Tuesday, October 16, 2012

Aspirations, Tolerances, and Strategies

I was just looking at Duotrope, and it has an option to sort potential markets by acceptance ratio. It got me thinking about a friend I'd had back home who had that as her main criteria- she was starting out and she was more afraid of rejection than she was emphatic about high end publications. I had another friend who looked first and foremost at a market's turn around time. With some exceptions (reprints, solicited work, venues I personally love), I submit to pro markets, and I aim most ardently for the ones that publish fiction I really like. My acceptance ratio's pretty low, but when I do make a sale, I feel like the biggest rock star there ever was. I have another friend who's told me he writes principally for the money- it's work and he expects payment.

I think it's important, as you go on, to know what you want from your writing. Not necessarily an end game, but certainly a direction.

Here are some questions to help you think about what you want:

1. What is your pipe dream scenario? (pick just one)

Mine, for example, is to write genre stories so awesome they come up with a brand new award for awesome stories and they name it after me, and for another full century, the Wilder is an honor that commands respect.

Yours might be something like, write a book or series so commercially successful it gets made into blockbuster movies, games, toys, theme parks, etc, and you are able to have more money than god. It might be getting the clout or reputation to be put in charge of your favorite existing property, or given all the resources to create a new one. It might be to write something so insightful and timely that it's taught in schools for a hundred years after. It might be to be so prolific and influential within a genre that your name becomes a byword for that type of fiction. Nobel prize for literature. Bringing down a government.

Go crazy. You don't have to achieve this one, it's just there as a platonic ideal of your career, to set your compass by but very likely never actually reach.

2. What are your fail conditions? (as many as you like)

Under what circumstances would you turn away from writing and not come back? When does it stop being worth it?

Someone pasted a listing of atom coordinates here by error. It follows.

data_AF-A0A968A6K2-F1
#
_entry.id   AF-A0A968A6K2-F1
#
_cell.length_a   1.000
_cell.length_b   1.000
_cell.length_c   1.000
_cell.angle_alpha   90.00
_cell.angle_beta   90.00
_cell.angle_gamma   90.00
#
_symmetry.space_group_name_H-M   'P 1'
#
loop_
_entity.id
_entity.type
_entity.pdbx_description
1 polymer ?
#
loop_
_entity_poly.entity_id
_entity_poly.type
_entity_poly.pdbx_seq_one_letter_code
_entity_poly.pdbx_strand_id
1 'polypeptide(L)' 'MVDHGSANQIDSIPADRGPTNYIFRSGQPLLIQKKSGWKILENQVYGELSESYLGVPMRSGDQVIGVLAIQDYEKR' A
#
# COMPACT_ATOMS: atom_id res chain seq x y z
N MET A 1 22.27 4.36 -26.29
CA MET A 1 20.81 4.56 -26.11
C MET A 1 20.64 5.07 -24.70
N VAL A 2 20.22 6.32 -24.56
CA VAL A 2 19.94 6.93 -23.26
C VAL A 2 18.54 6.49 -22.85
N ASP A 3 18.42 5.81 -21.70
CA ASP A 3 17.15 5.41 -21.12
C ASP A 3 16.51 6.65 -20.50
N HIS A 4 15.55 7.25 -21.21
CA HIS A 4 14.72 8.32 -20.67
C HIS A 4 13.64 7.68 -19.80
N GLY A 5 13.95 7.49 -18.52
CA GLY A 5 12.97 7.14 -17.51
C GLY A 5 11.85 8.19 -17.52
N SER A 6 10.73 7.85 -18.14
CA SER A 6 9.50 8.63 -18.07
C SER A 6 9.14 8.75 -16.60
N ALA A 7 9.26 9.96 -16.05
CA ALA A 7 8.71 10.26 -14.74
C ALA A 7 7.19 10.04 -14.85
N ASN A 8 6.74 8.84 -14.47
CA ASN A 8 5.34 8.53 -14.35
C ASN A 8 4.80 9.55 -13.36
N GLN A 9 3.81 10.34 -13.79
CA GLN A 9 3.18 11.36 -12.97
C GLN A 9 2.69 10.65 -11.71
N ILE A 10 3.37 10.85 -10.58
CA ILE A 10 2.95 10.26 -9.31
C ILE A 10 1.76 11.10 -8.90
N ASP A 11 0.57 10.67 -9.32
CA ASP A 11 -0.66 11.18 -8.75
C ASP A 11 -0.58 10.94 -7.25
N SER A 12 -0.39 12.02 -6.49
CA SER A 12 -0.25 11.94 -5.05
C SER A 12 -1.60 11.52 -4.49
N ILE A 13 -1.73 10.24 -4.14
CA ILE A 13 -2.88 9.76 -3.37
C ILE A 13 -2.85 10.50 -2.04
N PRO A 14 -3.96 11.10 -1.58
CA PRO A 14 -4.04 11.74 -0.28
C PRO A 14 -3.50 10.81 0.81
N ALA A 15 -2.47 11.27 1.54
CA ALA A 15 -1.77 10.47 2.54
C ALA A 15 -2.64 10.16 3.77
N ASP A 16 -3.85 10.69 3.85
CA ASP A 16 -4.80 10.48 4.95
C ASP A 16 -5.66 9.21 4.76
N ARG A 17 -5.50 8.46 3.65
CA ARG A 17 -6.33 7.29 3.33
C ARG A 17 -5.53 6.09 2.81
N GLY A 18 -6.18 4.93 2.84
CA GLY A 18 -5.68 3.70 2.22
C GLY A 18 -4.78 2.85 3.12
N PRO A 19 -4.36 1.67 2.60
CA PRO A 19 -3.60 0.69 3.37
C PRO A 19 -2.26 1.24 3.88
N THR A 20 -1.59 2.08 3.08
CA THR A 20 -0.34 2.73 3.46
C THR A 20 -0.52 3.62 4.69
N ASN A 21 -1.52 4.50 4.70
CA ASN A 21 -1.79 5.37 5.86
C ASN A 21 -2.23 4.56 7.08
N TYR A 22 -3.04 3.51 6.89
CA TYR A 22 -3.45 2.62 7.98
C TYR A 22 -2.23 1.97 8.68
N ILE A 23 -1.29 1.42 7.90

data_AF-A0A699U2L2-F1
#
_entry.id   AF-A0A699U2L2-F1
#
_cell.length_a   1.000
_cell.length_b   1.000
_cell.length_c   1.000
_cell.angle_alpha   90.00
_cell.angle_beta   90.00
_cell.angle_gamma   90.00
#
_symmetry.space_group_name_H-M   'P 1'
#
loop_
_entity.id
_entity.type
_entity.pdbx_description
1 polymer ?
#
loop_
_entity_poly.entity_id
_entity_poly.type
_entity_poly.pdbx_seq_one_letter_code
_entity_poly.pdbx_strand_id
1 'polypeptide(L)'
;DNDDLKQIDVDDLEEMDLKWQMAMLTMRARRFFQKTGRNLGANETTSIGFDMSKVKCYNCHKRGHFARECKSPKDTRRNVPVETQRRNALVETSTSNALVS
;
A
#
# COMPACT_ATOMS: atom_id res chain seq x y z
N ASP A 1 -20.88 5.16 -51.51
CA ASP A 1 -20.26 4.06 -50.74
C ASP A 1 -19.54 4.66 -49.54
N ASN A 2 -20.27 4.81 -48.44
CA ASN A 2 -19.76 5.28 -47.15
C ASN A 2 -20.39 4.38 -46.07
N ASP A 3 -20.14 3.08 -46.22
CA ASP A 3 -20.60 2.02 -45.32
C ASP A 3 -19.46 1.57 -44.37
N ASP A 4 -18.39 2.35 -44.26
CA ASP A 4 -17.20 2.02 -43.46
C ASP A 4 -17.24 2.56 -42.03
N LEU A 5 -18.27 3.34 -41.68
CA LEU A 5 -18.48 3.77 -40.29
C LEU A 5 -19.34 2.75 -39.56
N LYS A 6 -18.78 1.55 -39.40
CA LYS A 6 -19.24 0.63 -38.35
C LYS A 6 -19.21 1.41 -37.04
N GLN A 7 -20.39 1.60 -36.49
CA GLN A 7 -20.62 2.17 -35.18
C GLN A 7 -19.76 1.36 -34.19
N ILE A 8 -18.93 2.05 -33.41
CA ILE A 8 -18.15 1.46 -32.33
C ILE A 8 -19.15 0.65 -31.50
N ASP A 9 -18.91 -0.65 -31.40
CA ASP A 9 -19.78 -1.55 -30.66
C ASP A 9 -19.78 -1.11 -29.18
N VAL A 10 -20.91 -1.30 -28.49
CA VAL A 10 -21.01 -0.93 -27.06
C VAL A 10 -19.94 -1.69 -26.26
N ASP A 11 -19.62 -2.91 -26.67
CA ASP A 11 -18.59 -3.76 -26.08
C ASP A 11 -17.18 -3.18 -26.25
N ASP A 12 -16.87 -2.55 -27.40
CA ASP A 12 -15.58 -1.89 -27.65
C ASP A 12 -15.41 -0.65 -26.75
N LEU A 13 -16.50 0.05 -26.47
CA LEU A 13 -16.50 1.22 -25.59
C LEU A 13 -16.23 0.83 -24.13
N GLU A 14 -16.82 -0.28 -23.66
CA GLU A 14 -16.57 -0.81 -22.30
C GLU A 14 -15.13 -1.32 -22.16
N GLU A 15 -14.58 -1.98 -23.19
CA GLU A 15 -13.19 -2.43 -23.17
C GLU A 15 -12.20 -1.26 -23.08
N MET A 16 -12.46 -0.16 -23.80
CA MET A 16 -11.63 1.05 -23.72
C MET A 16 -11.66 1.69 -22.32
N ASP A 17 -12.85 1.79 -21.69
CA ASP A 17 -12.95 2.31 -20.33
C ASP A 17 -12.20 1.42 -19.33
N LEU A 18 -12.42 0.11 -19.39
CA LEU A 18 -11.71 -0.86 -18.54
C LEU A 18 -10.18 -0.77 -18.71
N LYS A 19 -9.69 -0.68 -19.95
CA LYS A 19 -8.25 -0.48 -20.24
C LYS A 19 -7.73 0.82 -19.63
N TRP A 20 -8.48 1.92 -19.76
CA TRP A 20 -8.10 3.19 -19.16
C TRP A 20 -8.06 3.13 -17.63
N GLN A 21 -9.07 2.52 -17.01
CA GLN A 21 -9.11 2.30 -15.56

For example (and again, it doesn't matter if someone else thinks these are good standards. They're for you personally):

  • You go five years without selling anything
  • You are never able to crack the pro market
  • Your fiction skill plateaus below your expectations
  • You are selling as well as you reasonably can, and still below $20,000 a year
  • Your books meet with consistently poor reviews
  • The stress of writing makes you more unhappy than happy
  • You no longer have enough time for your other interests
  • You are no longer in a position to write the things you want
  • Your mother disapproves of your fiction
  • You are never able to obtain a traditional publisher
  • You are rejected and dismissed by the people who you were writing for
  • A religious leader puts a bounty on your life (also conceivably a pipe dream for some)
You can keep going with your own. If you can look at an idea and go "well, in that case I'd just _____ and keep writing" it's not a fail condition for you. 

You have fail conditions, even if you don't want to admit you do. Writing is like anything else, there will be times when it is not the healthy choice, and you need to know when those are for you. 

For me it's a skill plateau (assuming training, exercises, whatever I could think of had been exhausted), or writing ceasing to make me more happy than unhappy. 

3. What is the most you're willing to write/publish? What is the least?

James Patterson had a year where his name was on the byline of thirteen novels. Ted Chiang produced 12 short stories in 15 years. How fast can you write? What is the relationship between speed and quality in your work? Would you be satisfied writing two or three novels a year? Would you be willing to forego publishing anything for a year or two to make sure you got one thing just the way you wanted it? Five? Ten?

4. What are you willing or unwilling to write for money?

You have your interests and personal passions. What about everything else? Other genres? Apolitical work? Work for different audiences? Non-fiction? Children's books? Pornography? Something pretensious and academic? Something broad and lowest common denominator? Where is your line? Where is the place where if someone came to you with a suitcase of money you would say "no, I don't do that sort of thing"?

Pushing your boundaries is important, but knowing where your boundaries actually are is the base of that.

5. Ideally, how much of your time does writing occupy? What is the most time you're comfortable with it taking up?

It's okay to do this as a hobby. That doesn't make you less a person. But if your goal is to put out Steven King level amounts of work, you're going to need to give it 12+ hours a day. Can you do that? Can you do that without alienating everyone you've ever loved? Remember you only get one life, and your kids only get one childhood.

Think about it, and recognize that your answers don't have to satisfy anyone else. These are questions just for you.

Good luck, and have fun. 

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